Every tourist MUST visit this place - jutting out for god knows how far into the sea (how do those rusty spindles hold up a funfair, innumerable shops pubs and stalls and thousands of people??) I am not convinced of the stability - but I took a chance! It was a typically English experience - and therefore I hated it..... BUT thousands of others were having the time of their lives by the looks of it! So it's probably just me. Funfair, junk food, rip off prices.... pubs with skysport etc etc... it's all on Brighton Pier.... I won't be going back anytime soon.
There's all sorts of entertainment on the Palace Pier. Whether you're into thrill rides or good old fashioned English arcade games, you'll find it on the Palace Pier in Brighton. The thrill rides come in all shapes and sizes and on our VT meet visit - they were well inspected by the various VT members! There's also arcades, fortune tellers, restaurant, bar, foodie places, and souvenir shops.
I love the old seaside games and had a good time on the Dolphin Derby (Brighton's version of the Donkey Derby game where you throw balls along a top into holes to race your 'donkey' against all the other players) but had a narrow loss to Chrishc who generously donated his green and blue flounder to me (Marcus, you still owe my flounder a name).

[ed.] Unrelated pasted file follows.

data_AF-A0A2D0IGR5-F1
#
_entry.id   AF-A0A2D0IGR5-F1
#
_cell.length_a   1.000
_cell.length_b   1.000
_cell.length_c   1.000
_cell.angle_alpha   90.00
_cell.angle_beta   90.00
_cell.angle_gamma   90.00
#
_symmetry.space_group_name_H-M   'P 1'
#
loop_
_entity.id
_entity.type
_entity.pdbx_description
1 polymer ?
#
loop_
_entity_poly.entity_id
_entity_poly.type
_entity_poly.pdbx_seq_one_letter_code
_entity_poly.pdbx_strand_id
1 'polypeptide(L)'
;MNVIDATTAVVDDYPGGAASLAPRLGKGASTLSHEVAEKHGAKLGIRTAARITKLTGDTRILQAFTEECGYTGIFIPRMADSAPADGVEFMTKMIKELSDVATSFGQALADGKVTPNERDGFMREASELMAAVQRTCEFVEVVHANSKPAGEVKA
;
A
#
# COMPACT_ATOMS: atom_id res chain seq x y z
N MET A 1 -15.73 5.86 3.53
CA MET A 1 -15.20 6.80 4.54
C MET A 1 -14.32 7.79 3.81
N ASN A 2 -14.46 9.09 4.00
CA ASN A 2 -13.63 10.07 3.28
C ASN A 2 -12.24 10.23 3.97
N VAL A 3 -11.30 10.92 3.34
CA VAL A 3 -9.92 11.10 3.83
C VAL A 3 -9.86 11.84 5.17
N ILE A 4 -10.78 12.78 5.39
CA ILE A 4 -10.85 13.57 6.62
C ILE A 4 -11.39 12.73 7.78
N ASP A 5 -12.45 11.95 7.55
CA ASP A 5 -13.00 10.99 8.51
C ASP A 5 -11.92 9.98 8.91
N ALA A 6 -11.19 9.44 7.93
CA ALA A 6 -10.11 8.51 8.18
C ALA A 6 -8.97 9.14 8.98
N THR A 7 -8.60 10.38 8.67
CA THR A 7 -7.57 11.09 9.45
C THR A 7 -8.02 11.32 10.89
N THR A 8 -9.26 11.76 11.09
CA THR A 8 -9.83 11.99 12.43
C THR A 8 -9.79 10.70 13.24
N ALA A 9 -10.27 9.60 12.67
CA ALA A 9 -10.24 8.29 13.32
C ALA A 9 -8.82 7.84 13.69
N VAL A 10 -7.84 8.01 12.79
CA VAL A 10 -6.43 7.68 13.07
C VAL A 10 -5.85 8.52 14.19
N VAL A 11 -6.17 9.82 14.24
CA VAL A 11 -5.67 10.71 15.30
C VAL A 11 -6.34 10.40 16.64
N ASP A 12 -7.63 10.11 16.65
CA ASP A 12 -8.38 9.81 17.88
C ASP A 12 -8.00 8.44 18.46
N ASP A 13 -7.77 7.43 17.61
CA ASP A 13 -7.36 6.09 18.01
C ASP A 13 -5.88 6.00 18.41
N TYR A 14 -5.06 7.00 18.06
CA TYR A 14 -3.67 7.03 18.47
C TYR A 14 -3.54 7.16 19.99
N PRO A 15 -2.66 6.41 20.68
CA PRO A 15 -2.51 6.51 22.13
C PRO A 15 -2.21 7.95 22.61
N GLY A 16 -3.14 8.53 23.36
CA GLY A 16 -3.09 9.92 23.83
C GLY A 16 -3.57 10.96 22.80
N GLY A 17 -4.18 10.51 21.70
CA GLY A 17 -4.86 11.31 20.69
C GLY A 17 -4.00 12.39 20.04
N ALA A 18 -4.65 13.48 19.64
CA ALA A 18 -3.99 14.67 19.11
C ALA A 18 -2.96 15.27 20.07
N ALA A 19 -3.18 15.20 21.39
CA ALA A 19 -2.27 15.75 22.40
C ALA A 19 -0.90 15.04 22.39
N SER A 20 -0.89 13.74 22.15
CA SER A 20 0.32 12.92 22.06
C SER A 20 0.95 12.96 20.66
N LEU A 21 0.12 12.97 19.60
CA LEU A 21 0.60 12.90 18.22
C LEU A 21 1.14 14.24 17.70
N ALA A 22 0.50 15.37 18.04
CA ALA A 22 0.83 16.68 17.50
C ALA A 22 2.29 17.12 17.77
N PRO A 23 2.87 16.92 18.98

The Pier itself was built between 1891 and 1899. It apparently rates as one of Britain’s most popular tourist attractions, with lots and lots of visitors every year. It is 1,722 ft long and is often acknowledged as the finest pier ever built. With indoor and outdoor venues, it doesn't matter what the weather is like, you'll find something to keep you (and the little ones) entertained.
Brighton Pier (formerly the Palace Pier) is a splendid Victorian structure much beloved by visitors to the few British seaside resorts that still have them. Originally built during the 1890's at a massive cost of £137,000 it provided the thrill of a stroll above the sea, boat trips from the landing stage at the it's seaward end, a theatre and even a trip on the electric tramway that ran sedately up the middle. As years went by the tramway disappeared, the theatre sedately toppled into sea (well, part of it anyway) and fish and chips, ghost trains, slot machines and fortune tellers took their place.
In my childhood you couldn't step foot on the pier without paying for the privilage but nowadays it's totally free to stroll on and off and the owners simply have faith that ample amounts of your loose change will lavished on fried doughnuts, candy floss, shooting galleries the Helter Skelter and other rides. It stays open until late evening, draws plenty of tourists and foreign students with a younger mix probably more evident as the day draws on. It's rather magical once lit up and is certainly worth strolling back for a snap as night falls.